40

5.350

3.

50

7.290

4.

60

8.070

The table 7.4 above showed the effect of four different temperatures on the reading of the
absorbance optical density (OD). The temperatures that required are in the range between 30 C
to 70 C only.

Absorbance Optical Density (OD)


(nm)

A graph of absorbance Optical Density (OD) (nm) against


Temperature ( C)
9
8
7
6
5
4
3
2
1
0
30

40

50

60

Temperature ( C)
Figure 7.4: The reading of absorbance Optical Density (OD) (nm) against temperature ( C)
The plotted graph in figure 7.4 showed the reading of absorbance Optical Density (OD) (nm) kept
increasing continuously against four different temperature which not exceed 70 C. The values of
absorbance Optical Density (OD) is more higher if the surrounding temperature not almost at
boiling temperature.
Table 7.5: The values of enzyme activity at four different temperatures
Temperature

Absorbance

Glucose

Glucose

Enzyme

(C)

reading (nm)

concentration,

released

activity, V

X (g/mL)

(mol)

(mol/min)

15

30

2.63

0.0015

8.3310-6

8.3310-7

40

5.32

0.0030

1.6710-5

1.6710-6

50

7.29

0.0041

2.2810-5

2.2810-6

60

8.07

0.0045

2.5010-5

2.5010-6

The table 7.5 above showed the effect of four different temperatures on the values of enzyme
activity for amylase enzyme.

A Graph of Enzyme activity, V (mol/min)against Temperature


(C )
0.000003
0.0000025
0.000002

Enzyme
activity, V 0.0000015
(mol/min) 0.000001
0.0000005
0
0

10

20

30

40

50

60

70

Temperature (C)

Figure 7.5: The values of enzyme activity at four different temperatures


The graph that plotted as shown in the figure 7.5 showed the values of enzyme activity that
affected by the four different temperatures at range between 30 C to 70 C only. The values of
enzyme activity kept increasing as the enzyme is more reproducible under the optimum
temperature that not exceeds 70 C. The higher temperature at which the enzyme is operating at
is well above 100oC, and then thermal deactivation can occur which this condition also known as
denaturation.

The effect of substrate concentration on the activity of amylase enzyme


Table 7.6: The values of enzyme activity at different substrate concentration
16

Substrate

Absorbanc

Glucose

Glucose

Enzyme

1/V

1/S

concentratio

e reading

concentration

released

activity, V

n (%)

(nm)

, X (g/mL)

(mol)

(mol/min)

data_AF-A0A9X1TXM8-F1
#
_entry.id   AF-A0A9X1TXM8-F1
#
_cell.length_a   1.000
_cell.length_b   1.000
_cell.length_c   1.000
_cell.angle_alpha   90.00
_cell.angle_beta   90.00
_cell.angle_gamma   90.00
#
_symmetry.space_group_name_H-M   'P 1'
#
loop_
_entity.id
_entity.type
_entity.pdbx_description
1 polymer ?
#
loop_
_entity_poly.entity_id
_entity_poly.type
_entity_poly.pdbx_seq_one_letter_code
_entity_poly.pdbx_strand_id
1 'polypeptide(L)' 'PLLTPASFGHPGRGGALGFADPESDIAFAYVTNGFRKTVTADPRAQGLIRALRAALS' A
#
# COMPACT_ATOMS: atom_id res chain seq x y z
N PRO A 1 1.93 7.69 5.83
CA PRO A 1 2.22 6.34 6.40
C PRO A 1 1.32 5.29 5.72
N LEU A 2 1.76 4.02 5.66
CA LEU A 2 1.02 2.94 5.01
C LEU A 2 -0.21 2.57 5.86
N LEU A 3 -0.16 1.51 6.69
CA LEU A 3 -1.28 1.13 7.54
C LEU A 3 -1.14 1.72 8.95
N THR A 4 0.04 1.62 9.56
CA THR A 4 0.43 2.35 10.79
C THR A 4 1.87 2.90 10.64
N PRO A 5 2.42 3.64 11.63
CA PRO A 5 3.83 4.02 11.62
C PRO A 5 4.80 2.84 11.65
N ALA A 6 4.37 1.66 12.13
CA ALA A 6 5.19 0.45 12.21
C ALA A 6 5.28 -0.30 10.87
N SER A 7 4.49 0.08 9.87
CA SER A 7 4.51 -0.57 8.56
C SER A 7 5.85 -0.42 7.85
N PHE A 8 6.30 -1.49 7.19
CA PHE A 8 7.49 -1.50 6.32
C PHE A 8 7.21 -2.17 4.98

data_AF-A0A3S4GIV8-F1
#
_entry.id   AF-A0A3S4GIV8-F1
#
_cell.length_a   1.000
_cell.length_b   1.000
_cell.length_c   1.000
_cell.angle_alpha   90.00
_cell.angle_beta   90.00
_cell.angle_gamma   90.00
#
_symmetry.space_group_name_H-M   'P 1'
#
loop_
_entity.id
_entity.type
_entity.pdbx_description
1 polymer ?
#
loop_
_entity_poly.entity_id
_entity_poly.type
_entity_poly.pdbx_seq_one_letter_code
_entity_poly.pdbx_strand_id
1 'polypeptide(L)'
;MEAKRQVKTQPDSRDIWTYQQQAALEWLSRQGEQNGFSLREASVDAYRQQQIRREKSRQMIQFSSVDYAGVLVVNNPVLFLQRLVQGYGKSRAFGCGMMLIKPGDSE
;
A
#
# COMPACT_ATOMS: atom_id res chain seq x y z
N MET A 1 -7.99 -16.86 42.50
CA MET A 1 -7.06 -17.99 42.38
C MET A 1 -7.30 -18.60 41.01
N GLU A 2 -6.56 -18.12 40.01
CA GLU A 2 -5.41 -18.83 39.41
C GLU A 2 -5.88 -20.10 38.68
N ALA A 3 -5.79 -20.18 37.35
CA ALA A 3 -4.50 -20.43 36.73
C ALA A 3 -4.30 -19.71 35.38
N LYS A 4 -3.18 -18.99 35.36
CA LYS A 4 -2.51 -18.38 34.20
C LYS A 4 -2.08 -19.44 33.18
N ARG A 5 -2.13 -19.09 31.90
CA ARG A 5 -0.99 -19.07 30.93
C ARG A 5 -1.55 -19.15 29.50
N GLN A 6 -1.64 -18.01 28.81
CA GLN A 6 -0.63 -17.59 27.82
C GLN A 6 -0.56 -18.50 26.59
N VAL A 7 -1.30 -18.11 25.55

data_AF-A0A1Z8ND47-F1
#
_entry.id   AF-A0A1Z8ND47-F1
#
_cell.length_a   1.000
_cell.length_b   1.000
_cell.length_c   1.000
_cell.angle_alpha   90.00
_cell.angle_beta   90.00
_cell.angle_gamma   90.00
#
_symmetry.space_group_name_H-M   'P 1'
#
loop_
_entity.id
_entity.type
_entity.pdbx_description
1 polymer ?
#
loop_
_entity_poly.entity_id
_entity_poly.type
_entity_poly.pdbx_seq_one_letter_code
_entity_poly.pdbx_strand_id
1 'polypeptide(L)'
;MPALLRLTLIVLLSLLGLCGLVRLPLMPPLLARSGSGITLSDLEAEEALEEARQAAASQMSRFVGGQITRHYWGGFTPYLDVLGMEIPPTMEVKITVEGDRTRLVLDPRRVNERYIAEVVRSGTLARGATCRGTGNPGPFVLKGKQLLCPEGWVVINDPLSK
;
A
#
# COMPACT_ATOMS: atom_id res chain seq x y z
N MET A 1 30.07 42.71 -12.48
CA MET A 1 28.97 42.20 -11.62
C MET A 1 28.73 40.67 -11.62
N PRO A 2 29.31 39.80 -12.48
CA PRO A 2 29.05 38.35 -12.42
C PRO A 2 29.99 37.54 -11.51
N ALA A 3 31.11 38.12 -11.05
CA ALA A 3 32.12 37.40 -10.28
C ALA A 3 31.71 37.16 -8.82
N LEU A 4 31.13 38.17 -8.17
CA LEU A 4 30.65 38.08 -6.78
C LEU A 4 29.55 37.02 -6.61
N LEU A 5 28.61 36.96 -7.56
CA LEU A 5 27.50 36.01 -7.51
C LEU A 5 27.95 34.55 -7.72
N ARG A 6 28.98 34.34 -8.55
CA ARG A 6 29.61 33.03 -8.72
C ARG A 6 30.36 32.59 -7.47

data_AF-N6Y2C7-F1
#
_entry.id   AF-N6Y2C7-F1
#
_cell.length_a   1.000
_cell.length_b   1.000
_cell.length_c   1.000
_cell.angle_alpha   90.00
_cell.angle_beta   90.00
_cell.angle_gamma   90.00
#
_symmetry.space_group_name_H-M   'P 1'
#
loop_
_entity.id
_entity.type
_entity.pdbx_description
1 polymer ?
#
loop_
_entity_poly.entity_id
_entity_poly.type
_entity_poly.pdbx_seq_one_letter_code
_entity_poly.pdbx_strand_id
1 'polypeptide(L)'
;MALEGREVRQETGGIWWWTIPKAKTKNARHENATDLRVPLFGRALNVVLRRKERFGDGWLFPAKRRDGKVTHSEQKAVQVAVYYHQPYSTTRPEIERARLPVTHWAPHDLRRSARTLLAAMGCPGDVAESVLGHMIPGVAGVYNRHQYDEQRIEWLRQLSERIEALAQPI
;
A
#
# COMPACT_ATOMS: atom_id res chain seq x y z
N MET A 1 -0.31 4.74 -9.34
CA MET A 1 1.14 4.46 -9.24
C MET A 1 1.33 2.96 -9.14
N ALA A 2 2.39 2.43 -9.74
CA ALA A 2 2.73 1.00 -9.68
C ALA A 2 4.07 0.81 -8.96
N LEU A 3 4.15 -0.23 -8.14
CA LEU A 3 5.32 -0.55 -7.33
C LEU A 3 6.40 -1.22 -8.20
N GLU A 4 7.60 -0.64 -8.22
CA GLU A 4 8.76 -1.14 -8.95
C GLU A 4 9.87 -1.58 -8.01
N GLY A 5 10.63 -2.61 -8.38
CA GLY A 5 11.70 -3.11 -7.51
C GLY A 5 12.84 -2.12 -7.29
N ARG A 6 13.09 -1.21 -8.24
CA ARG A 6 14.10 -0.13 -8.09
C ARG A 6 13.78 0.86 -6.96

0.5

4.06

0.0023

12.27x10-6

12.27x10-7

8.15105

2.00

1.5

3.39

0.0019

10.55x10-6

10.55x10-7

9.48105

0.67

2.0

3.26

0.0018

9.991x10-6

9.991x10-7

1.00105

0.50

2.5

2.66

0.0015

8.326x10-6

8.326x10-7

1.20105

0.40

3.0

2.18

0.0012

6.661x10-6

6.661x10-7

1.50105

0.33

The table 7.6 above showed the effect of five different substrate concentrations on the values of
enzyme activity for the amylase enzyme.

Enzyme activity, V (mol/min)

Graph of enzyme activity against substrate concentration


14
12
10
8
6

4
2
0
0

0.5

1.5

2.5

3.5

Substrate concentration (%)

Figure 7.6: The values of enzyme activity against substrate concentration


Based on the observation, the graph that plotted in figure 7.6 showed the effects of substrate
concentration against the values of enzyme activity. The values kept decreasing since the amount
of substrate concentration kept increasing as well. This condition showed that the enzyme activity
a bit slow or being inhibited by the increasing of substrate concentration.

17

A Graph of 1/V against 1/S


12
10

y = 3.8889x + 1.2327
R = 0.4161

1/V 6
4
2
0
0.33

0.83

1.33

1.83

2.33

1/S

Figure 7.7: The values of 1/V that affected by the 1/S


Overall the graph that plotted in figure 7.7 showed the 1/S can affect the values of 1/V. Based on
the observation, the 1/V values were keeping decreased as the 1/S values were keeping longer.
The equation that being presented in this graph is = 3.8889 + 1.2327 and 2 = 0.4161.

Calculation
1. Determination of glucose concentration, X (g/mL)
From the standard curve of glucose that had been plotted as shown in figure 7.1, the linear
equation of the curve is presented as:
= 0.0018
Where; X = protein concentration and Y = absorbance reading. Therefore, to calculate protein
concentration,
=

0.0018

2.660
0.0018

1477.78
1
1 103

1000

= 0.0015 g/mL

18

2. Determination of glucose released (mol)


MW of glucose = 180.1559 g/mol; Volume of enzyme (amylase) = 1 mL

( )

Moles of glucose released (mol) =


()

0.0015